Don't worry too much about code itself or the variable names; they make sense to me. :D

    Anyway, I just spent the last 30 minutes wondering why secondaryIndex would jump from 5 to 13 in between the for-loop declaration and the moreInfoSplits[] declaration. Where the curly bracket is.

    For a while I thought I was going mad. Every time I went across those three lines it would change. Over and over and over again, without fail. Well it turned out that I had a conditional breakpoint set at that bracket. I had the condition set as:
    secondaryIndex = 13
    

    Instead of:
    secondaryIndex == 13
    


    Sometimes I'm an absolute dumbass. At least I'm not insane. :o




  • Another reason why
    13 == secondaryIndex
    

    is the master syntax ;)




  • Giblet wrote: »
    Another reason why
    13 == secondaryIndex
    

    is the master syntax ;)

    I dunno, it just looks bad to me. I think it ruins the flow when reading it. Also any decent compiler will warn you about it (c++ anyway).




  • And we all have warnings as errors enabled, right? :D Some of the code I work with has thousands of warnings, each one a bug waiting to happen.

    I think he'd put that into a conditional breakpoint as opposed to code btw!

    Regarding 13 == secondaryIndex. It's more readable when dealing with constants and stuff!




  • i'm a fan of doing

    const int kSomeMagicNumber = 13;

    then doing "if (kSomeMagicNumber = 13) " should throw up a compiler error




  • i'm a fan of doing

    const int kSomeMagicNumber = 13;

    then doing "if (kSomeMagicNumber = 13) " should throw up a compiler error

    edit: just came back and re-read my post. WHAT was I thinking... disregard it :pac:




  • Is there a particular reason why there are so many variants of SQL, and why there are so many application-specific addendums? Was someone offering a bounty on these things in the 90's?

    "Syntax error on subquery"
    *searches for syntax guide for this particular variant, comes up with nothing*


  • Advertisement


  • Giblet wrote: »
    Another reason why
    13 == secondaryIndex
    

    is the master syntax ;)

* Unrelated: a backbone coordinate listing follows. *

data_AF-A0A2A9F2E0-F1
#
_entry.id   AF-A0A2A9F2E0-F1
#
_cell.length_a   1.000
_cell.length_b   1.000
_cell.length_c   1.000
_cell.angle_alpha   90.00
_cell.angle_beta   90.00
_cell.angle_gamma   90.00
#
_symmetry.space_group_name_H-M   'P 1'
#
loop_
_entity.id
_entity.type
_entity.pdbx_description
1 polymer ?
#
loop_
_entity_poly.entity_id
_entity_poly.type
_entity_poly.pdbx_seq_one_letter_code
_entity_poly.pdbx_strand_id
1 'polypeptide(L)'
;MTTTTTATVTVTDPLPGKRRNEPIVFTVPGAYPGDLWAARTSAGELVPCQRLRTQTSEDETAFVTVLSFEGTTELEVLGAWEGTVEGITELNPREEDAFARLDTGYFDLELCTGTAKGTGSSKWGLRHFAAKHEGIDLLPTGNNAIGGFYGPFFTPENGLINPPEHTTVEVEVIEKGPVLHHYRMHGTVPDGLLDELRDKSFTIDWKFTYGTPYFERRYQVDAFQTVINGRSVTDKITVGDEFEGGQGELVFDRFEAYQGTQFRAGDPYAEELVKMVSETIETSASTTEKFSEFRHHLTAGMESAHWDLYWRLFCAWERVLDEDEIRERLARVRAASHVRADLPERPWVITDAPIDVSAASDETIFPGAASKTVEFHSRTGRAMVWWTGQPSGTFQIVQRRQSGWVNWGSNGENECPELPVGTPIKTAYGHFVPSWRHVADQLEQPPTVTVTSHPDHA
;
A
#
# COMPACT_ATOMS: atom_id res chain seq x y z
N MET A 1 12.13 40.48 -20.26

I hate it when my teachers are right. :mad:

    Anyway, I'd rather run into a blocker like this and lose 5 minutes on it rather than using the quoted syntax each and every single day.




  • Imagine it making it into production code on a falsey value which because truthy. You'd lose more than 5 mins. Anyway, you wouldn't use magic numbers, just comparisons against values that cannot be assigned to. (consts etc)




  • I like to think it wouldn't, I test all my work meticulously; we also have internal standards about magic numbers and values that *should* keep us from getting in this situation.

    The problem with standards is that they're sadly not always followed and eventually we run into some guy's work who isn't even with the company anymore. But that's besides the point.

    I will take my chances with not using this ugly syntax.




  • lowlifer wrote: »
    I like to think it wouldn't, I test all my work meticulously; we also have internal standards about magic numbers and values that *should* keep us from getting in this situation.

    No such thing as meticulous testing, doesn't exist or is a fairy tale. Anyway arguing about syntax is low hanging fruit, it's what every tom dick and harry coder can argue about. The real issues are the ones to be solved, and this is one of them.




  • Not Coding Horror, per se, but Horror none the less.

    One of my clients, a very big organisation, had a small app developed by one of the 'Big 6' consultancies a while back.

    They needed to pull data out of the app to integrate it into another in-house app.

    They employed the original Big-6 consultancy to come in and code the work - essentially a SQL-statement piped out to a text file.

    The invoice came in last week for the work - €32,000. I kid you not.




  • They employed the original Big-6 consultancy to come in and code the work - essentially a SQL-statement piped out to a text file.

    The invoice came in last week for the work - €32,000. I kid you not.
    Ouch. Nice work when you can get it... :pac:




  • The "consultants" for those big companies are just guys straight out of college not getting paid very much. Their managers/salespeople etc are the ones creaming it.




  • How much do those "Big 6" charge for an hour?

    I hope the invoice was given before implementing. :D




  • The Big 6 ..??? :confused: Could someone clarify/identify ..? Through PM if necessary.?


  • Advertisement


  • k.p.h wrote: »
    The Big 6 ..??? :confused: Could someone clarify/identify ..? Through PM if necessary.?

    I think they are talking about 6 of the bigger consultancy firms. Delloitte and Accenture being 2 of them afaik. A lot of them do accountancy/audit etc type work.


Advertisement